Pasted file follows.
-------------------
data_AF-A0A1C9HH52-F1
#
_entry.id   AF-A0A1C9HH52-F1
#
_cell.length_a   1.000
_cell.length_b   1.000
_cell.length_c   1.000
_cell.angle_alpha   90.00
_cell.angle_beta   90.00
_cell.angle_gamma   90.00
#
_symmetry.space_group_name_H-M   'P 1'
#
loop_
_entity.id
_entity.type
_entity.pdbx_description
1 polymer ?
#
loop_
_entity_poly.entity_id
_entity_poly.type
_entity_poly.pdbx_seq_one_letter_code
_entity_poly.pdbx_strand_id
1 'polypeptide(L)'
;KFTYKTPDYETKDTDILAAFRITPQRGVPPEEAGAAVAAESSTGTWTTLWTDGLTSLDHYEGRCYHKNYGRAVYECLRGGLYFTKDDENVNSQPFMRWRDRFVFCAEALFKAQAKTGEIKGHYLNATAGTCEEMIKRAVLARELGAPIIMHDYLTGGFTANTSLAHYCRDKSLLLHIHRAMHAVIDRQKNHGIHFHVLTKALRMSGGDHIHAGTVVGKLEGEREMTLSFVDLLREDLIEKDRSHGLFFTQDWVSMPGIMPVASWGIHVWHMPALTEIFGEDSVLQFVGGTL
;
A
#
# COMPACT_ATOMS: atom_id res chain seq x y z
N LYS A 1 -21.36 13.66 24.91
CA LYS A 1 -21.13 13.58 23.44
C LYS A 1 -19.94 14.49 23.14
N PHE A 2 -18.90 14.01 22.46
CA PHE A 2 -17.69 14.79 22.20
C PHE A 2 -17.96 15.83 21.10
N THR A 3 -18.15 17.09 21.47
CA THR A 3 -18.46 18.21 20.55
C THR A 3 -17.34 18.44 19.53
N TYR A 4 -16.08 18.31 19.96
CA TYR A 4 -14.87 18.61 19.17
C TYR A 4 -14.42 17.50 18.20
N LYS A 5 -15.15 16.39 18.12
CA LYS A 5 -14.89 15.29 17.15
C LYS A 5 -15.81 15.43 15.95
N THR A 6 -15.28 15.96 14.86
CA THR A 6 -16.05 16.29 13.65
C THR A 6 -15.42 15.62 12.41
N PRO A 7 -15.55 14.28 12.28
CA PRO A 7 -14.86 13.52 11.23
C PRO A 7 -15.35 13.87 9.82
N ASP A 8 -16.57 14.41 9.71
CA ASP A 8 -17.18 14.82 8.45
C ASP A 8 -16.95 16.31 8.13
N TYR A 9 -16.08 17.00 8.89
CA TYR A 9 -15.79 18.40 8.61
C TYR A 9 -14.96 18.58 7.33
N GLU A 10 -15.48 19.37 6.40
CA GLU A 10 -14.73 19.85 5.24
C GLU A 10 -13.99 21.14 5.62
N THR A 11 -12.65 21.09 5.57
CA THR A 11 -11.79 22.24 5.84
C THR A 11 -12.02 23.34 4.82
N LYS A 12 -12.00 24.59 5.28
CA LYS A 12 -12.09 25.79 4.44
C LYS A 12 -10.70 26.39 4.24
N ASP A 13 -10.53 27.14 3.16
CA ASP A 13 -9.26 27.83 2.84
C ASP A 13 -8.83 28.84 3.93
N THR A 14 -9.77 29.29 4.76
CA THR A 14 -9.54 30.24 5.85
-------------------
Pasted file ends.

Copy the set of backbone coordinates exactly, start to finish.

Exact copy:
data_AF-A0A1C9HH52-F1
#
_entry.id   AF-A0A1C9HH52-F1
#
_cell.length_a   1.000
_cell.length_b   1.000
_cell.length_c   1.000
_cell.angle_alpha   90.00
_cell.angle_beta   90.00
_cell.angle_gamma   90.00
#
_symmetry.space_group_name_H-M   'P 1'
#
loop_
_entity.id
_entity.type
_entity.pdbx_description
1 polymer ?
#
loop_
_entity_poly.entity_id
_entity_poly.type
_entity_poly.pdbx_seq_one_letter_code
_entity_poly.pdbx_strand_id
1 'polypeptide(L)'
;KFTYKTPDYETKDTDILAAFRITPQRGVPPEEAGAAVAAESSTGTWTTLWTDGLTSLDHYEGRCYHKNYGRAVYECLRGGLYFTKDDENVNSQPFMRWRDRFVFCAEALFKAQAKTGEIKGHYLNATAGTCEEMIKRAVLARELGAPIIMHDYLTGGFTANTSLAHYCRDKSLLLHIHRAMHAVIDRQKNHGIHFHVLTKALRMSGGDHIHAGTVVGKLEGEREMTLSFVDLLREDLIEKDRSHGLFFTQDWVSMPGIMPVASWGIHVWHMPALTEIFGEDSVLQFVGGTL
;
A
#
# COMPACT_ATOMS: atom_id res chain seq x y z
N LYS A 1 -21.36 13.66 24.91
CA LYS A 1 -21.13 13.58 23.44
C LYS A 1 -19.94 14.49 23.14
N PHE A 2 -18.90 14.01 22.46
CA PHE A 2 -17.69 14.79 22.20
C PHE A 2 -17.96 15.83 21.10
N THR A 3 -18.15 17.09 21.47
CA THR A 3 -18.46 18.21 20.55
C THR A 3 -17.34 18.44 19.53
N TYR A 4 -16.08 18.31 19.96
CA TYR A 4 -14.87 18.61 19.17
C TYR A 4 -14.42 17.50 18.20
N LYS A 5 -15.15 16.39 18.12
CA LYS A 5 -14.89 15.29 17.15
C LYS A 5 -15.81 15.43 15.95
N THR A 6 -15.28 15.96 14.86
CA THR A 6 -16.05 16.29 13.65
C THR A 6 -15.42 15.62 12.41
N PRO A 7 -15.55 14.28 12.28
CA PRO A 7 -14.86 13.52 11.23
C PRO A 7 -15.35 13.87 9.82
N ASP A 8 -16.57 14.41 9.71
CA ASP A 8 -17.18 14.82 8.45
C ASP A 8 -16.95 16.31 8.13
N TYR A 9 -16.08 17.00 8.89
CA TYR A 9 -15.79 18.40 8.61
C TYR A 9 -14.96 18.58 7.33
N GLU A 10 -15.48 19.37 6.40
CA GLU A 10 -14.73 19.85 5.24
C GLU A 10 -13.99 21.14 5.62
N THR A 11 -12.65 21.09 5.57
CA THR A 11 -11.79 22.24 5.84
C THR A 11 -12.02 23.34 4.82
N LYS A 12 -12.00 24.59 5.28
CA LYS A 12 -12.09 25.79 4.44
C LYS A 12 -10.70 26.39 4.24
N ASP A 13 -10.53 27.14 3.16
CA ASP A 13 -9.26 27.83 2.84
C ASP A 13 -8.83 28.84 3.93
N THR A 14 -9.77 29.29 4.76
CA THR A 14 -9.54 30.24 5.85